July 16 (Bloomberg) -- Natural gas futures rose from a six- month low in New York as forecasts for a surge of heat signaled increased demand for the fuel to power air conditioners.
“Short-lived, but potentially potent” hot weather will sweep most of the lower 48 states July 21 through July 25, MDA Weather Services said today. Gas stockpiles last week probably rose by more than the five-year average for the 13th consecutive week, analyst estimates show.
“It does look like there is plenty of heat in the forecast, for Texas especially and parts of the Midwest, so that will surely affect demand for gas,” said Ellen Stamm, global natural gas analyst at Schneider Electric in Louisville, Kentucky. “In the depths of summer, when the cooling demand is so intense and production is not increasing quite as fast as it was before, there’s less gas to be put into storage.”
Natural gas for August delivery rose 2.2 cents, or 0.5 percent, to settle at $4.119 per million British thermal units on the New York Mercantile Exchange. Volume for all futures traded was 40 percent below the 100-day average at 2:38 p.m. Prices yesterday fell to $4.097, the lowest settlement since Jan. 10. The futures are down 2.6 percent this year.
Forecasts for the Northeast and Midwest turned hotter for next week compared with yesterday’s projection, said MDA in Gaithersburg, Maryland. Temperatures will drop in the East from July 26 through July 30 with below-normal readings around the Great Lakes.
The high in New York City on July 24 will reach 90 degrees Fahrenheit (32 Celsius), 6 above average, according to AccuWeather Inc. in State College, Pennsylvania. The next day, Dallas’s reading will be 103 degrees, 6 higher than average.
“This is a temporary phenomenon and if anything, it actually signals the peak of the summer season,” given forecasts for cooler weather to follow, said Teri Viswanath, director of commodities strategy at BNP Paribas SA in New York. “So the fact is, with $4 in sight we think the floor has now receded as the summer polar vortex unfolds.”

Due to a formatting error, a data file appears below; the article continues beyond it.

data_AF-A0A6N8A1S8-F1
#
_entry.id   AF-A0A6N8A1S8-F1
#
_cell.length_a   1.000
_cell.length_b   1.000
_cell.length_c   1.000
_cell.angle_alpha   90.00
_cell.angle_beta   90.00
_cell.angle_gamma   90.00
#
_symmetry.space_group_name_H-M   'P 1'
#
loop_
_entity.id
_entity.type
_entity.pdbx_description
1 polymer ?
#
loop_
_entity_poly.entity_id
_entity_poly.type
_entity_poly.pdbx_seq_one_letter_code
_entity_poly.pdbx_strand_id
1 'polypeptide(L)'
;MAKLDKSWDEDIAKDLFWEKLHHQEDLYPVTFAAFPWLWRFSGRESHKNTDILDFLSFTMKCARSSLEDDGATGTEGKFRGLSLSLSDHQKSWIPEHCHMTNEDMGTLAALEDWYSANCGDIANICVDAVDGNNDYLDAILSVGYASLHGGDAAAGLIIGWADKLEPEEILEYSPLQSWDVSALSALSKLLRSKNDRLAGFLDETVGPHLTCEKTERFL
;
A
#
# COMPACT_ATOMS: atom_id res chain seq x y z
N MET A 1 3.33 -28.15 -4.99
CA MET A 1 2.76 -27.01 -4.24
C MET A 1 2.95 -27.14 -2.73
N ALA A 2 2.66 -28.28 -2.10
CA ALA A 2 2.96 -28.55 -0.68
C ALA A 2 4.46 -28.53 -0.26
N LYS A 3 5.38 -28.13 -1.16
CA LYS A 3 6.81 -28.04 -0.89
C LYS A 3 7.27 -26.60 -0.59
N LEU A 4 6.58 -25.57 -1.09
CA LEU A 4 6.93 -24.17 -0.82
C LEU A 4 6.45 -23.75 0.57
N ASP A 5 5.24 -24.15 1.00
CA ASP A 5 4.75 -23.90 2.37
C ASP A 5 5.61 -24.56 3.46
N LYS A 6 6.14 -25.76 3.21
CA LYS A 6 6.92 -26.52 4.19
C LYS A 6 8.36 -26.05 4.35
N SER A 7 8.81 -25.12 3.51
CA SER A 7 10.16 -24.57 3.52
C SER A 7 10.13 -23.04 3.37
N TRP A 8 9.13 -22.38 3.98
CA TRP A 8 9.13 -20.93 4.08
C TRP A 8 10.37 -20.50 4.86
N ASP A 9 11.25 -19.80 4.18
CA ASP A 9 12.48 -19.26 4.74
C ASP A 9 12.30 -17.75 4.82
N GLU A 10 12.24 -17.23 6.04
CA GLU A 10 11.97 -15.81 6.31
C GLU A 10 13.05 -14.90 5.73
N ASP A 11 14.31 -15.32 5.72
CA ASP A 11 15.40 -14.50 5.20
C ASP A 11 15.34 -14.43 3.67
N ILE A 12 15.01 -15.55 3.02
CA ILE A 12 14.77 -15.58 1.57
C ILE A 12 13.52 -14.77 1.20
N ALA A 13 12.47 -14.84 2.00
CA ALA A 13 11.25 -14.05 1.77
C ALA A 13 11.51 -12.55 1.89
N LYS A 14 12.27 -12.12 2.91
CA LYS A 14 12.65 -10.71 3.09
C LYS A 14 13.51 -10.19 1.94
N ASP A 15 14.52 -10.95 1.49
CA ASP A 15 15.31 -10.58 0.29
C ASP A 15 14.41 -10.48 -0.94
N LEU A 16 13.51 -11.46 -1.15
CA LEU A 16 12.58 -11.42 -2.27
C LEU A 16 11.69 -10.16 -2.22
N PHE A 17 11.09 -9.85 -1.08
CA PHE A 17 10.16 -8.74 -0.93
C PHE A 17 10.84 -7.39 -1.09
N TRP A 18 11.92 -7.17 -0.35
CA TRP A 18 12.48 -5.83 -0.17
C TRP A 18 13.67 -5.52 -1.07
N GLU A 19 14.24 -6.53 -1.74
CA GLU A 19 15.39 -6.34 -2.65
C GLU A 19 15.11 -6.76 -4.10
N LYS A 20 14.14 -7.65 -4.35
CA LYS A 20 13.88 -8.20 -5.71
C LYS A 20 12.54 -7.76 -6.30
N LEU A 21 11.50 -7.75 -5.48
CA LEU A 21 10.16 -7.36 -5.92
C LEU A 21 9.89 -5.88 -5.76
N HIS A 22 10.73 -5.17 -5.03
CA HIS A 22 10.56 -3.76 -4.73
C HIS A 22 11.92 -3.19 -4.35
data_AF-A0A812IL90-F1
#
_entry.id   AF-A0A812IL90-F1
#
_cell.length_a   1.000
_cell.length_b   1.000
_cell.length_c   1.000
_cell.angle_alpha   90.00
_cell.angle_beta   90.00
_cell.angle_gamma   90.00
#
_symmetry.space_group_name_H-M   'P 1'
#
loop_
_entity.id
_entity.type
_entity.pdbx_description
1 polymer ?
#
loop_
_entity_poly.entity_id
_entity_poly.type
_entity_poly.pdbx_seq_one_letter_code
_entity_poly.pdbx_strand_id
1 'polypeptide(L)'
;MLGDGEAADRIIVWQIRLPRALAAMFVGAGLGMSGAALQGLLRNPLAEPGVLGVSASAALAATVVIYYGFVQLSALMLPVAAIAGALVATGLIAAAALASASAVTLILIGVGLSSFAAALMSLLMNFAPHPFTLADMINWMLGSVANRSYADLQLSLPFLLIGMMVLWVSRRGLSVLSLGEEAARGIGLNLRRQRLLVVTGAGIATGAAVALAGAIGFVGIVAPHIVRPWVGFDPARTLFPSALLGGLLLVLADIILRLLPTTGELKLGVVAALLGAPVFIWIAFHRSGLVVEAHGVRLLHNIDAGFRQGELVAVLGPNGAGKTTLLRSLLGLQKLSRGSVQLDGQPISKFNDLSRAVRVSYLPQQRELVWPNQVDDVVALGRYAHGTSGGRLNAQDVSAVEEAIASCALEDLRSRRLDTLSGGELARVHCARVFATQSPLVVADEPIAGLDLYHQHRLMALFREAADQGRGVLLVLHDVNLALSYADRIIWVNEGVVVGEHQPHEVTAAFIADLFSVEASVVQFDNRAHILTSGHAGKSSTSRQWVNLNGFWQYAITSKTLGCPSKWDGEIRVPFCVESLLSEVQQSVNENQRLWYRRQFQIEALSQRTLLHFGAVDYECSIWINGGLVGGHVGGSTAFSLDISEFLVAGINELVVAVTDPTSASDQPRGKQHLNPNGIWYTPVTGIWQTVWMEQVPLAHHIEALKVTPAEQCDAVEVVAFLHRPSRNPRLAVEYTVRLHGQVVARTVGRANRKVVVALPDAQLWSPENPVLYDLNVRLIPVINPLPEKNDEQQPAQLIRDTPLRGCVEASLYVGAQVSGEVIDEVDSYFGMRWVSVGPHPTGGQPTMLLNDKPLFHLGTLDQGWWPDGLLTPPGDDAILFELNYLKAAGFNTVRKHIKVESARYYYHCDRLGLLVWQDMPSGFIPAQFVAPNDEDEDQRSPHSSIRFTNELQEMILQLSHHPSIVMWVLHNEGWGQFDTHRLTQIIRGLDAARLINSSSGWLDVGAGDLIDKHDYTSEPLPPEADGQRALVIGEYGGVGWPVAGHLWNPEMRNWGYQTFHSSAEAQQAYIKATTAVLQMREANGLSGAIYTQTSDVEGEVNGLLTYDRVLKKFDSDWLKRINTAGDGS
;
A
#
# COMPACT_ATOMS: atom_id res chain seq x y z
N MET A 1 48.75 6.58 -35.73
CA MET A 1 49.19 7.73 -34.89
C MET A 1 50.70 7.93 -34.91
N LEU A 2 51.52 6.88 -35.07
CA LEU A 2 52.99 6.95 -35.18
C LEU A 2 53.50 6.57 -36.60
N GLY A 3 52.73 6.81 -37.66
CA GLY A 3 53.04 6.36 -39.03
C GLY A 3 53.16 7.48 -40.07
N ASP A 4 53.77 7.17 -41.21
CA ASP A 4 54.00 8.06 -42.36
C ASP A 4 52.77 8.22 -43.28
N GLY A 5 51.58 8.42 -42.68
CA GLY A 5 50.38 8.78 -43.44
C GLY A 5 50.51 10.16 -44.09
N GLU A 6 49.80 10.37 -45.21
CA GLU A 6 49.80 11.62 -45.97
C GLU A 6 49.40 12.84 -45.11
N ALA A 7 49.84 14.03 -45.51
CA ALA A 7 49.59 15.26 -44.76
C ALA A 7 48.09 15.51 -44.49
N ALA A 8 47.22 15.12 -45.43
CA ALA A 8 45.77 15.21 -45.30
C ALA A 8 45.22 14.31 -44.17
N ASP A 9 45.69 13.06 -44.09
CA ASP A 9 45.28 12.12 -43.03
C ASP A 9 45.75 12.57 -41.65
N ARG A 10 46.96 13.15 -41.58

Waves of polar air that led to frigid weather in the first quarter and below-normal temperatures in the second and third quarters may also result in an early start to winter, Viswanath said.
“If this pattern continues, peak cooling demand we witness for gas doesn’t hold a candle to the sort of heating demand that could emerge in November and December,” Viswanath said. While gas prices may deteriorate for the next three weeks on mild summer weather, “we think we will see a relatively significant correction by year-end,” she said.
Gas inventories expanded by 100 billion cubic feet last week, according to the median of 14 analyst estimates compiled by Bloomberg. Estimates ranged from gains of 86 billion to 103 billion. The five-year average increase for the period is 65 billion cubic feet. The Energy Information Administration’s weekly stockpile report is scheduled for tomorrow.
Stockpiles totaled 2.022 trillion cubic feet in the week ended July 4, rebounding by 1.2 trillion from an 11-year low in March, the EIA’s report last week showed. It was the fastest rate of storage injection during the first 14 weeks of the six- month refill season since 2001.
Stockpiles will reach 3.431 trillion cubic feet by the end of October as production expands for the ninth straight year, according to the EIA’s July 8 Short-Term Energy Outlook. It would be the lowest inventory level to start the peak heating demand season since 2008.
Marketed output will increase 4.1 percent to 73.08 billion cubic feet a day, setting a record for the fourth consecutive year. Gains are being driven by new wells coming online at the Marcellus shale in the Northeast.
People in the industry aren’t hedging much for the next six months because there is hope that prices will narrow a premium to year-earlier levels, Les Culpepper, director of gas management at Southeast Alabama Gas District, said in a July 11 phone interview from Andalusia, Alabama.
Culpepper said he doesn’t plan to completely refill the company’s 1.2 billion cubic feet of gas storage in Mississippi and Louisiana because prices tend to slump near the end of the stockpiling season.
“We don’t want to be completely full; we want to leave some space there just in case,” he said.